the signal was to be given with the right hand, for a white light with the left hand. In this case the mental action of deciding these alternatives and coördinating the corresponding act of volition required no less than .154, or nearly one-seventh of a second.
Other experiments have been made with the sense of sight, where the patient was instructed to give the signal by pronouncing the name of a vowel which was shown to him. If he had to distinguish between two vowels, the psychical time was prolonged .166 of a second beyond what it would have been for one vowel. If he was required to name one out of five, the prolongation was increased to .170 of a second.
Similar experiments with the sense of hearing, where the vowel was spoken to the patient and repeated by him, gave similar results. Where two vowels were selected from the mind occupied .056, and where five were used .086 of a second longer than if only one expected vowel were spoken.
Where two colors were shown, and the signal was given by a movement of the hand, or by the voice, the physiological time for the movement of the hand was found to be always greater than for the voice.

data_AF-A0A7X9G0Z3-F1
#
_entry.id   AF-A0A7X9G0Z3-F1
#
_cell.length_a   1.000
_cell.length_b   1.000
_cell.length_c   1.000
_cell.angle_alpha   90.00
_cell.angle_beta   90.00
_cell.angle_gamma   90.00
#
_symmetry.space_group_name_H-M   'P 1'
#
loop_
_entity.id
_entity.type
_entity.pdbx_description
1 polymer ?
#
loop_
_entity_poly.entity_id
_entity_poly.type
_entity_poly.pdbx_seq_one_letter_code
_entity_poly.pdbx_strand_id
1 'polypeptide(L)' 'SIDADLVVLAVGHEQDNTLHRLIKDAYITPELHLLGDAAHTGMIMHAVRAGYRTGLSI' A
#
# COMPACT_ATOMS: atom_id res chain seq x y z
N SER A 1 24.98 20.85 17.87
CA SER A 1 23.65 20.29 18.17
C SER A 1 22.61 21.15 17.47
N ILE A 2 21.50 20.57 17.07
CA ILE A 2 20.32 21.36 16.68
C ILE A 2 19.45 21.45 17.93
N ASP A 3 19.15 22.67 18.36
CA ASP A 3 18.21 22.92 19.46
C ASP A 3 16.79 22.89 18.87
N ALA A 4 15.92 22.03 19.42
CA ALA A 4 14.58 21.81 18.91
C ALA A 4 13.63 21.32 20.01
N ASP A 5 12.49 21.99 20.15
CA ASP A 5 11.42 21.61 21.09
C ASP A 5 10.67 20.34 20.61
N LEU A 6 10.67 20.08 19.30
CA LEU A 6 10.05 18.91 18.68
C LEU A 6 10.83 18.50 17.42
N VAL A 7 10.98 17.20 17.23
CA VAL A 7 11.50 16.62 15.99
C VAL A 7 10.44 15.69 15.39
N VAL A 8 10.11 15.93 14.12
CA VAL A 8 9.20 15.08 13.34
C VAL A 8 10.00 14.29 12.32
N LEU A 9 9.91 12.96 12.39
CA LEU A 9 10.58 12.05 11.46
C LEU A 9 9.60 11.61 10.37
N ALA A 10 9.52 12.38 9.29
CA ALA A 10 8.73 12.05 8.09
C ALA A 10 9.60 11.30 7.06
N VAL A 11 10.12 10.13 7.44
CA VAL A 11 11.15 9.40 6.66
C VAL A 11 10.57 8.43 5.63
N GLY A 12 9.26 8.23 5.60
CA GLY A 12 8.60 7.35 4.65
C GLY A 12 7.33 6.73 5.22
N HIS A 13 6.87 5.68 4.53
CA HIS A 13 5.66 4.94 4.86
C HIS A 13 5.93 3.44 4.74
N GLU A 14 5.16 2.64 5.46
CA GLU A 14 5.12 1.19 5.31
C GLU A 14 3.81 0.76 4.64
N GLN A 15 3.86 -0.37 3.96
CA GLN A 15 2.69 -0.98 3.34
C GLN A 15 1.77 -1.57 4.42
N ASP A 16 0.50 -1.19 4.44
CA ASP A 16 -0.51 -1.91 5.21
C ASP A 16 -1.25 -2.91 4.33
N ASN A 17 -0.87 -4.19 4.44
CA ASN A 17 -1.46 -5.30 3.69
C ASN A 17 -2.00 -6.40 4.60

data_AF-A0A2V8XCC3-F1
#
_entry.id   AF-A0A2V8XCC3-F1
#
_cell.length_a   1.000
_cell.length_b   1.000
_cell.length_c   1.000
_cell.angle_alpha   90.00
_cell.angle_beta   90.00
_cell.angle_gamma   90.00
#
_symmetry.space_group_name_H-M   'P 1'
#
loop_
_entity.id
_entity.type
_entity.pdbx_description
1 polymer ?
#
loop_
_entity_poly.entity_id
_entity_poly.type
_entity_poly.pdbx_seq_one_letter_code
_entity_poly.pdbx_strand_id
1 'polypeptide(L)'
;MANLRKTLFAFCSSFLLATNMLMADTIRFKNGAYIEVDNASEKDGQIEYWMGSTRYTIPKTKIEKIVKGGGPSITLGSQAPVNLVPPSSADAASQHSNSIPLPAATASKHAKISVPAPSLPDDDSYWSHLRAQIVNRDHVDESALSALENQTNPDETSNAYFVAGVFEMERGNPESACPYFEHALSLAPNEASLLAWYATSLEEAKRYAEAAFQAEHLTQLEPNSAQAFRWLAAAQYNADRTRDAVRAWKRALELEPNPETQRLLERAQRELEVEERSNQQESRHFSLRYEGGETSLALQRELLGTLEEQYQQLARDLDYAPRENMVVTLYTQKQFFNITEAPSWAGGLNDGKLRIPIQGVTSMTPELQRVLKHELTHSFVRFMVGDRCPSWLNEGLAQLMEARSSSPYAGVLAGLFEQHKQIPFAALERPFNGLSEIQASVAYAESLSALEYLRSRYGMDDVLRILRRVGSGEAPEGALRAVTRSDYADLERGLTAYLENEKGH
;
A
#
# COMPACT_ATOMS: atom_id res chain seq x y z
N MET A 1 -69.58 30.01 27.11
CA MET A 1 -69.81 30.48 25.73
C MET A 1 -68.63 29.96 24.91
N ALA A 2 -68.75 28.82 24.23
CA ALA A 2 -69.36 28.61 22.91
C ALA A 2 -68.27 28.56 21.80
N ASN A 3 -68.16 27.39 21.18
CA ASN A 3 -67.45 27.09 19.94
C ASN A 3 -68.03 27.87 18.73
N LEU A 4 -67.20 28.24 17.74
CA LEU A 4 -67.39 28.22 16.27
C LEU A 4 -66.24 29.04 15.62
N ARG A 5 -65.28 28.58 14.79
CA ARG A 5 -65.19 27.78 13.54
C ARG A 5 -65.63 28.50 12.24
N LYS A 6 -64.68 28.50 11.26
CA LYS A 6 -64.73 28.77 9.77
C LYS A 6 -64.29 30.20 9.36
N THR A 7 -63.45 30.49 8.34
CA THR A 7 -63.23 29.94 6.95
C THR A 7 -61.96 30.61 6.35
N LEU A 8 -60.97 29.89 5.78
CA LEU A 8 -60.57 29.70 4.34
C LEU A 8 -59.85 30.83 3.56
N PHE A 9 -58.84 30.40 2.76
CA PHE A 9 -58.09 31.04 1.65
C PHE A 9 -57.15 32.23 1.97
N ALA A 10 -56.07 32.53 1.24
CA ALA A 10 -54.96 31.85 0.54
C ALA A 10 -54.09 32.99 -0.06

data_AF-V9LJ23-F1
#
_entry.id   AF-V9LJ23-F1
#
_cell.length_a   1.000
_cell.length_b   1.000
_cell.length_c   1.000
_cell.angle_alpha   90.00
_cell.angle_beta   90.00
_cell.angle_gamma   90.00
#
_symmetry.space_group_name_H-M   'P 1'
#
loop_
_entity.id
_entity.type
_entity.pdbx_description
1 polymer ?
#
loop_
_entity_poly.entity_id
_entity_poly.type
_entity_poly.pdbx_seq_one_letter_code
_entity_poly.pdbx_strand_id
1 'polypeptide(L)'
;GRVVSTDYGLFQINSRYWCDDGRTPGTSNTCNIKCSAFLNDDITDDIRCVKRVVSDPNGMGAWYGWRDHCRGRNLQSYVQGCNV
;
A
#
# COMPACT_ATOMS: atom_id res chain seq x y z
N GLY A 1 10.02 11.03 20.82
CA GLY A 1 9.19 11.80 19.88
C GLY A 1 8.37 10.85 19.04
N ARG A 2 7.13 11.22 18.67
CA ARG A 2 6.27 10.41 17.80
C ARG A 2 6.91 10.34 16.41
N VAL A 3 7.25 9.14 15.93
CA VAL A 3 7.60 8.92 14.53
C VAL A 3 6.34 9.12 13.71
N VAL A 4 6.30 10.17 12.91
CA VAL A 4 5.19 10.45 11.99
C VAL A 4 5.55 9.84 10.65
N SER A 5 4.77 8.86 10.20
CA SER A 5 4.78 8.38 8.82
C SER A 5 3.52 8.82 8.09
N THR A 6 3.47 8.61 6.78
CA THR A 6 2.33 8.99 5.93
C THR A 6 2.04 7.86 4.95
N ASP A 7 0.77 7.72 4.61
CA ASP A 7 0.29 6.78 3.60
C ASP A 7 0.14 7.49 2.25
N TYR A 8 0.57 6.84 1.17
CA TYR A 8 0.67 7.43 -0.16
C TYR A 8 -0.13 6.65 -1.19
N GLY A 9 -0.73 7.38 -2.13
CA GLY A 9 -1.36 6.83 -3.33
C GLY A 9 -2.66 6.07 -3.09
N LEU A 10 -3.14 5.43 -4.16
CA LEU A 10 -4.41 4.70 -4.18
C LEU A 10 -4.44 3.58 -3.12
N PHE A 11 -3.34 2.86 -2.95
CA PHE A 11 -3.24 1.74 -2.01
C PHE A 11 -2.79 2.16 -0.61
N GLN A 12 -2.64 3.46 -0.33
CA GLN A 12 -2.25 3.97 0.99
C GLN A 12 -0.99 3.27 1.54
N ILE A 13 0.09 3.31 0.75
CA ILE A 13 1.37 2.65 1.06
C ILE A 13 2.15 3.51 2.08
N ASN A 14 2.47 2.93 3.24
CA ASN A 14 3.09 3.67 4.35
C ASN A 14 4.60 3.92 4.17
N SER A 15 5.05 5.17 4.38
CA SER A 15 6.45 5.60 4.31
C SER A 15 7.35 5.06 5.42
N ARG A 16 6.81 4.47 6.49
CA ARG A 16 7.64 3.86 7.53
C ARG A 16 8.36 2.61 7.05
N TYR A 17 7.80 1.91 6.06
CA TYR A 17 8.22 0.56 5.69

When the signal was the pronouncing of a vowel, as "i," the time required was less than when the patient was obliged to speak the vowel with a consonant before it, as "pi," or "ki," or "ti." The letter "p" was found to retard the patient .011 of a second, "t" twice as long, or .022 of a second, and "k" .021 of a second. A further result of these curious investigations was that the patient required three times as long to distinguish between two letters which were shown upon a screen as to distinguish between the two corresponding vowels when spoken.
In all these investigations the psychical time is made up of two periods: the first required by the mind to perceive the sensation or to distinguish the alternative, the second required for the mental act of willing the signal. An attempt has been made to measure each of these. The experiment for this purpose was so arranged that the patient was to hear several vowels, but was directed to give the signal only upon hearing a certain one of them. Under this arrangement the patient concentrated his attention upon the perception of the vowel at hearing which he was to act. He prepared himself, as far as could be, to pronounce it the moment he heard it. Before he heard it he willed to speak it on the instant that he should perceive it. There remained only the act of recognizing the vowel when it should be spoken, of distinguishing it among the other vowels. The act of volition was in this way eliminated from the physiological time, and the simplest mental act of distinguishing was calculated from the result. This result, based upon this and similar experiments, was that the mental act of distinguishing required about one twenty-third of a second of time. The whole psychical time being about one-twelfth